The Batemans Brewery

Words by:
Alan Middleton
Featured in:
January 2012

Make mine a pint…
Few family businesses can claim to have given greater pleasure to the people of Lincolnshire and beyond, or done more to enhance the reputation of the county, than George Bateman and Son Ltd. Batemans ‘Good Honest Ales’ can be enjoyed today in pubs and clubs throughout the UK and can also be found, in bottled form, on numerous supermarket shelves. But like so many successful businesses and with typical Lincolnshire prudency, it started in a modest way.

In 1874 George Bateman and his wife Suzanna decided to sell their farm in the nearby village of Friskney and rent a small brewery in Wainfleet. For £505 10s. (equivalent to around £30,000 today) they purchased the brewery equipment from Edwin Crowe and a year later, with some financial difficulty, bought out the lease for £800.

Neither George nor Suzanna had very much experience of brewing. Fortunately Edwin Crowe passed on all he knew before he retired but his Head Brewer was not ready to retire and stayed on for several more years. Despite being blind, he had an acute sense of smell and taste and would check the temperature of the beer by placing his elbow into the fermenting vessel, much as mothers check the temperature of a baby’s bath water.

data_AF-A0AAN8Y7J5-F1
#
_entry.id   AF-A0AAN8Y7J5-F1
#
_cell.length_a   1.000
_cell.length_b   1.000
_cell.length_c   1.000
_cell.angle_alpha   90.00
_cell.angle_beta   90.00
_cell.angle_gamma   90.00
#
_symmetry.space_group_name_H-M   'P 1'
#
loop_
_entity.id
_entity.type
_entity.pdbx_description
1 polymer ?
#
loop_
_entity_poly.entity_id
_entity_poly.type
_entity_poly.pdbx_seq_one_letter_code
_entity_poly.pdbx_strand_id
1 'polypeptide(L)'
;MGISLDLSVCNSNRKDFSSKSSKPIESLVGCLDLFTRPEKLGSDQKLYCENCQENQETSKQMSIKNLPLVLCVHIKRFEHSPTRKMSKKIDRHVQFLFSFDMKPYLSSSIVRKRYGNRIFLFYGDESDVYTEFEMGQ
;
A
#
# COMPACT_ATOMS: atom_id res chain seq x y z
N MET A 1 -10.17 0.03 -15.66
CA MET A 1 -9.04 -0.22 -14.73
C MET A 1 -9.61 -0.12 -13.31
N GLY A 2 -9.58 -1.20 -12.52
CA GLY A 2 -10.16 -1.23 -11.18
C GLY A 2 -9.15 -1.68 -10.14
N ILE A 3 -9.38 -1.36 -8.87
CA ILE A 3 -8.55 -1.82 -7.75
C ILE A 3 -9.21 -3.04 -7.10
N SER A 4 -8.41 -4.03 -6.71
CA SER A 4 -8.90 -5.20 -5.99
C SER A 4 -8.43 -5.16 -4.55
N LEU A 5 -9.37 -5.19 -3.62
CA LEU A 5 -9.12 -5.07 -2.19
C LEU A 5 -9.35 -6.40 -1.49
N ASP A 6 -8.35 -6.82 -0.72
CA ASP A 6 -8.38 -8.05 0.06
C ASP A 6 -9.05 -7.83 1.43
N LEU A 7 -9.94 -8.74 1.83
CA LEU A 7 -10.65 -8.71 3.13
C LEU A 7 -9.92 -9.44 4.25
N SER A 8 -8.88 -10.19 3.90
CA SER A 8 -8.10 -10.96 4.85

The original brewery was close to the railway, but by 1880 the pair decided that they had enough money to buy a Georgian property about 200 yards away, Salem House. The Batemans built a brewery in the coach houses.

The 1920s and ‘30s were very depressed times for beer consumption due to strict regulations and severe taxes; at one point the slump was so bad that all of the workforce had to be laid off. Harry, who had taken over from his father George, was so upset that he re-engaged them all, bought some adjacent buildings and started a bottling plant, thus increasing the size of the business.

Harry was given a pub for his twenty-first birthday and shortly afterwards bought some more pubs which everybody else thought were worthless. People started to wonder if Harry had gone mad. In 1927 Batemans bought the Vine Hotel in Skegness and in 1935 built the County Hotel in the town, on the site of Billy Butlin’s skittle alley. In 1950 Harry’s eldest son, George, joined the business and he took over the reins in 1970.

The 1960s saw many changes in beer drinking with a massive trend towards keg beers and the future for traditional cask ales looked very bleak. Then a saviour appeared on the scene in the form of the Campaign for Real Ale (CAMRA). After a period of decline, real ales started to make a comeback. In August 1986 Batemans premium ale, XXXB, was judged ‘Beer of the Year’ by CAMRA at the Great British Beer Festival and it is fair to say the brewery has never looked back.

Today, Batemans offers a superb range of beers. In addition to XXXB, there is XB, Dark Mild and a wonderful selection of seasonal ales including Spring Breeze, Summer Swallow and Combined Harvest.


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